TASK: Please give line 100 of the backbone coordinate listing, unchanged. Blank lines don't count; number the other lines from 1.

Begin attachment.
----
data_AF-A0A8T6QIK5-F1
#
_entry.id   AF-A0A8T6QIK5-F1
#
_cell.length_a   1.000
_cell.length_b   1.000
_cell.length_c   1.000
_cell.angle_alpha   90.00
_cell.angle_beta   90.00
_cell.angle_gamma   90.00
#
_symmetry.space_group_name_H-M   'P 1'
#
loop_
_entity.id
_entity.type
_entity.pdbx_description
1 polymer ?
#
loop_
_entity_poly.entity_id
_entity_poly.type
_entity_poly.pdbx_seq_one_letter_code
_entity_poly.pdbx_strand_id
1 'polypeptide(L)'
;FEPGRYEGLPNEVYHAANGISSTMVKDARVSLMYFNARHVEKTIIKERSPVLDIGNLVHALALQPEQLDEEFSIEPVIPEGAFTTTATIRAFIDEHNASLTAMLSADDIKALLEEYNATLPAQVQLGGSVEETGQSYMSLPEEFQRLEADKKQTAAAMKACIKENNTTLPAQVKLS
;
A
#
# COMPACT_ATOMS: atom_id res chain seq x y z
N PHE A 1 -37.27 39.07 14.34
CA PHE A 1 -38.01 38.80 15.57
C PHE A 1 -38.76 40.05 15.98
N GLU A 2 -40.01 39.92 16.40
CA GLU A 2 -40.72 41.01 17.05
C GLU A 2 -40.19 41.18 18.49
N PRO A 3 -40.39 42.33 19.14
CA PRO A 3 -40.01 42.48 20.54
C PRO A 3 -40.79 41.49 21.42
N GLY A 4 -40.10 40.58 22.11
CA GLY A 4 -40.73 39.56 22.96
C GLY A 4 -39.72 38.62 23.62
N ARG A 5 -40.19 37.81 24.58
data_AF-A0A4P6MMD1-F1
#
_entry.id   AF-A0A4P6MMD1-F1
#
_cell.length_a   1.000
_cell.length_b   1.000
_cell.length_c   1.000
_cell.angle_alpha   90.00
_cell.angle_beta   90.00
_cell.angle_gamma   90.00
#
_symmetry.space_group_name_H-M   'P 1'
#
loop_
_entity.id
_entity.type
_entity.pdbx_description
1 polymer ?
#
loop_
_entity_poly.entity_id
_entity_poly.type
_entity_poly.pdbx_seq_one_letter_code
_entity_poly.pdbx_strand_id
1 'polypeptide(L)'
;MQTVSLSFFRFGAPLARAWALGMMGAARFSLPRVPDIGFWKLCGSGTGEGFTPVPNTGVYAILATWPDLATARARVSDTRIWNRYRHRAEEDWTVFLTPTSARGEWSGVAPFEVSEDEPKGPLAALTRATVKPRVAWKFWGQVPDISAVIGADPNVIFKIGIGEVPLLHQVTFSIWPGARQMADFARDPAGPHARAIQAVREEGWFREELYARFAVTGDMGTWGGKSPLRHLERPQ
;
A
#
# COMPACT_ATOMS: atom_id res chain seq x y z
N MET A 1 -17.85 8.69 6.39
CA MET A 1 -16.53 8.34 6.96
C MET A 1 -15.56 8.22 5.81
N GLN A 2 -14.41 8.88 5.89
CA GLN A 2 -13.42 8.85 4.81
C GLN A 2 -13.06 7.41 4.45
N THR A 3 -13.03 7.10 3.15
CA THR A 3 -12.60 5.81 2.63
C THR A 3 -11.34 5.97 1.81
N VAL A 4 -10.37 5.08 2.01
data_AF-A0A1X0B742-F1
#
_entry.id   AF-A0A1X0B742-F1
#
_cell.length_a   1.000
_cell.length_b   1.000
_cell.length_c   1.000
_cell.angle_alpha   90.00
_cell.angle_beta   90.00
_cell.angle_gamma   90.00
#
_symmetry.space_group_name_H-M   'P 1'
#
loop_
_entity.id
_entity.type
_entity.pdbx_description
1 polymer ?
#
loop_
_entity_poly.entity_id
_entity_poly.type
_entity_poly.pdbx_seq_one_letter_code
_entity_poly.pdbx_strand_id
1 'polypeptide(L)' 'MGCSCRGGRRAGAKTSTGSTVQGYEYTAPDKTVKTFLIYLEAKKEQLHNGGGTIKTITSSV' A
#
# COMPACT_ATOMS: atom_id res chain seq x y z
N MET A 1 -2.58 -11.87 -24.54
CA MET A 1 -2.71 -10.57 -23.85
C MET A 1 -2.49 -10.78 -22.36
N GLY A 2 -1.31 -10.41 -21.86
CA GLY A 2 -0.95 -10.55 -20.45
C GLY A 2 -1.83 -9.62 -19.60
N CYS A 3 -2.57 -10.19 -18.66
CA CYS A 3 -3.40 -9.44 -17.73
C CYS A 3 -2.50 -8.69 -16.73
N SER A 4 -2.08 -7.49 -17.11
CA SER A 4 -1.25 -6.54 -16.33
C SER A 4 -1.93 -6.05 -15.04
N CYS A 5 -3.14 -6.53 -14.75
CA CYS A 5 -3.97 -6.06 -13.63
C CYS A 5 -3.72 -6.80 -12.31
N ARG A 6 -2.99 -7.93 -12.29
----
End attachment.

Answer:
_entity.pdbx_description